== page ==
This annual award administered by Parachute, Canada’s national charity dedicated to injury prevention, honours a Canadian high school student who best exemplifies the spirit, drive and optimism of Stacey Levitt, a Toronto teen killed by a motor vehicle driver.
May 1, 2019 – “The story of my life is one about overcoming adversity and boldly facing the challenges that have attempted to throw me off course,” says Rachelle Clark, a student at Robert Bateman Secondary School in Abbotsford, B.C. Her tenacity and ability to succeed academically and as a volunteer, despite challenging personal circumstances, put her at the top of 374 applications from nine provinces for the Stacey Levitt Memorial Award.
Clark, 18, has volunteered with many community and school organizations, including:
- Big Brothers Big Sisters of Canada
- Sunday school pre-school and K to 5 teacher
- Volunteer math tutor
- School volleyball team
- Competitive in basketball and track and field
- Singer and flautist in musical performances
She has maintained a 97-per-cent average in top academic courses while working at multiple jobs to support herself as she has had to live independently since age 17 following what she describes as “fallout from my parents’ divorce.”
Her nominator, school counsellor Jennifer Crockett, says that “while this would have been an unsurmountable obstacle for most, Rachelle accepted her new challenges without sacrificing her academic record, her volunteer work or her ability to maintain her job in the food industry and as an academic tutor for multiple students in Grades 10 to 12. Rachelle is a scholar, a mentor and an amazing young woman.”
This annual high school student award encourages Canadian youth to embody Stacey Levitt’s qualities and ideals and Parachute’s overarching goal of a long life lived to the fullest, while maintaining an approach that is rooted in risk management and injury prevention.
The Levitt family awards $2,500 to help the winning student live their life to the fullest. The award may be put toward an educational endeavour, engagement in sports, or investment in a travel experience – all pursuits that would have resonated with Stacey Levitt. Rachelle Clark says she will use the funds toward her tuition to attend UBC for a Bachelor of Science degree.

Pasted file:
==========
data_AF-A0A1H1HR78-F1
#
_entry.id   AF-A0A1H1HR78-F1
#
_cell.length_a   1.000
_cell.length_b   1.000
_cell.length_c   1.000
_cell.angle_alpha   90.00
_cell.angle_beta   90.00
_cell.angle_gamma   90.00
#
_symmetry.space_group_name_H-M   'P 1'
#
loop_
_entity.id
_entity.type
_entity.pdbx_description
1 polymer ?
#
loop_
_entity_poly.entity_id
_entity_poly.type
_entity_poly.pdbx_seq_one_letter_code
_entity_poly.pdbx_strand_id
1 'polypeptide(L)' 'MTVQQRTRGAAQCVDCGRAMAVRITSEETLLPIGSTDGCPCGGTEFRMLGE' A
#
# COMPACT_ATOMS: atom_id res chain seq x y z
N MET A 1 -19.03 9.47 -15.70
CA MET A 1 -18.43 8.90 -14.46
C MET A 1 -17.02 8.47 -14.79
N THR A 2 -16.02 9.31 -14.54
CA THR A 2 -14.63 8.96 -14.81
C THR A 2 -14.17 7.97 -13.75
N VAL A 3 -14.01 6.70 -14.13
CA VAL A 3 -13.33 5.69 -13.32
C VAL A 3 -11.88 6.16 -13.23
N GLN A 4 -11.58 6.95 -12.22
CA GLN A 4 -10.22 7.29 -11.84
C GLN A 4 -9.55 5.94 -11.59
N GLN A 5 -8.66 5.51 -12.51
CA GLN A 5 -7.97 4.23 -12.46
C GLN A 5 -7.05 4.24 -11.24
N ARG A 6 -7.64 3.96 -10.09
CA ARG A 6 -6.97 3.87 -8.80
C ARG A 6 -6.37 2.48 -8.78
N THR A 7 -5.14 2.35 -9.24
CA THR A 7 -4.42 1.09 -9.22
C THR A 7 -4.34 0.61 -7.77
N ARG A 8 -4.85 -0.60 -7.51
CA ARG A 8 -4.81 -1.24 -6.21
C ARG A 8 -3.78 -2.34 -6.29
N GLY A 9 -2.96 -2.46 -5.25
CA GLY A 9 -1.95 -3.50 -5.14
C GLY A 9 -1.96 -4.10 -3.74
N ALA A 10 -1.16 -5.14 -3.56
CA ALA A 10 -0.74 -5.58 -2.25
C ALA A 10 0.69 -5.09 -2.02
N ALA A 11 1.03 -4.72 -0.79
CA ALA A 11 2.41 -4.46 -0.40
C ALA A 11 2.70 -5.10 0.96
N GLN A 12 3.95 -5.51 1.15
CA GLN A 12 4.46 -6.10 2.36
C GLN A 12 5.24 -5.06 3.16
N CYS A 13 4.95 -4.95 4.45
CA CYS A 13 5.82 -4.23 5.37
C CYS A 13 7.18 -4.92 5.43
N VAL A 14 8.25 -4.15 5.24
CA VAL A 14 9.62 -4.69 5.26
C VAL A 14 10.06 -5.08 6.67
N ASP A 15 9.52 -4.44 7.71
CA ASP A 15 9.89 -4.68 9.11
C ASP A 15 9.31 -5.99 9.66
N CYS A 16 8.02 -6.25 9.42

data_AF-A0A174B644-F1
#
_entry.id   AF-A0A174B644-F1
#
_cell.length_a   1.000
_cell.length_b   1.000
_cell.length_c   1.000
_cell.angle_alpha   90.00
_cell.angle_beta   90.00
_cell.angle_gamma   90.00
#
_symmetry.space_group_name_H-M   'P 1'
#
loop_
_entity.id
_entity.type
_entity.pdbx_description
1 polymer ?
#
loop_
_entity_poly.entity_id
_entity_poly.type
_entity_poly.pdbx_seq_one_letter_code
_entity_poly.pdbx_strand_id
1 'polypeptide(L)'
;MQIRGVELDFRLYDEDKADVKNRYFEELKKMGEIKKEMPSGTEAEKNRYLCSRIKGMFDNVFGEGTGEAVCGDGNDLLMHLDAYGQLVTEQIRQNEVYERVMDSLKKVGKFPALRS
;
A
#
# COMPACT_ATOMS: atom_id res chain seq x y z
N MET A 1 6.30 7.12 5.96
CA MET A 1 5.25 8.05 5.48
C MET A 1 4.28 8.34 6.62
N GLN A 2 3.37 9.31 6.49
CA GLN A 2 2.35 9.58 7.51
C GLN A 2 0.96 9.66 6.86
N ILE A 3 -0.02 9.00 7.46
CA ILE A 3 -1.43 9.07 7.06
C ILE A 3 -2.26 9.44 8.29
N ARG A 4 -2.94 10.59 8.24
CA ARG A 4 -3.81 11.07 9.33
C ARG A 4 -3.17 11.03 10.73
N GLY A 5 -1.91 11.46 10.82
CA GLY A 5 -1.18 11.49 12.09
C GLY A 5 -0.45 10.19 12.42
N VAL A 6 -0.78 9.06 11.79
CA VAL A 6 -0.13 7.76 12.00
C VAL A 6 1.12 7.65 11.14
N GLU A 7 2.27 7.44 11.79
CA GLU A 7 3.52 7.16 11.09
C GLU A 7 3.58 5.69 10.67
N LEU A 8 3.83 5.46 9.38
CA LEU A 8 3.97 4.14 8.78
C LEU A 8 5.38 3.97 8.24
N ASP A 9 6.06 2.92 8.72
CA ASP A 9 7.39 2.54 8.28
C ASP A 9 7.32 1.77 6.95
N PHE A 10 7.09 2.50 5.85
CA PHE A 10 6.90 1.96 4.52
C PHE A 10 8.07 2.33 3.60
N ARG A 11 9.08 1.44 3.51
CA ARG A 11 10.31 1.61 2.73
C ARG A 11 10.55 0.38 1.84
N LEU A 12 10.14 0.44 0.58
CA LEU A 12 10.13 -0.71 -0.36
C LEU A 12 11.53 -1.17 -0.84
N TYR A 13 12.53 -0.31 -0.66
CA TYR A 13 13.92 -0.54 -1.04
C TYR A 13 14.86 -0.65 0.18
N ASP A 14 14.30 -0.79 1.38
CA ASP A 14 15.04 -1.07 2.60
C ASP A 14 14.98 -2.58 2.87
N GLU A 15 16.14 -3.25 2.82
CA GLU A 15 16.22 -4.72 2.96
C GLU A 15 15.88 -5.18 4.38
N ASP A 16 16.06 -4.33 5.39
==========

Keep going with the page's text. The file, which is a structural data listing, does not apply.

“What struck us very deeply was Rachelle’s ability to overcome great adversity, while at the same time maintaining her dignity, humanity and ability to help others,” says Ned Levitt, Stacey’s father and a former board director for Parachute. “She is truly an inspiration and will be a great ambassador for Parachute and the ideals that drove Stacey to live life (however short) to the fullest.”
For more information or to arrange interviews with Rachelle Clark, contact:
Kelley Teahen, Vice President, Communications and Marketing, Parachute 647-776-5128 or email@example.com
About Stacey Levitt
Stacey Levitt was born May 19, 1977 at Toronto’s Mount Sinai Hospital. She attended Allenby Public School, Glenview Senior Public School and Northern Secondary School. Stacey had a wide variety of interests and lived a busy and active life while growing up in North Toronto with her family – her parents Ned and Cheryl, her sisters Marni and Jacqueline, and many very special and close friends.
On Aug. 30, 1995, the driver of a motor vehicle struck and killed 18-year-old Stacey while she was jogging in her Toronto neighbourhood.
Parachute is Canada’s national charity dedicated to reducing the devastating impact of preventable injuries. Injury is the No. 1 killer of Canadians aged 1 to 44, where one child dies every nine hours. The financial toll is staggering, with injury costing the Canadian economy $27 billion a year. Through education and advocacy, Parachute is working to save lives and create a Canada free of serious injuries. For more information, visit us at parachute.ca and follow us on Twitter, Facebook, Instagram and LinkedIn.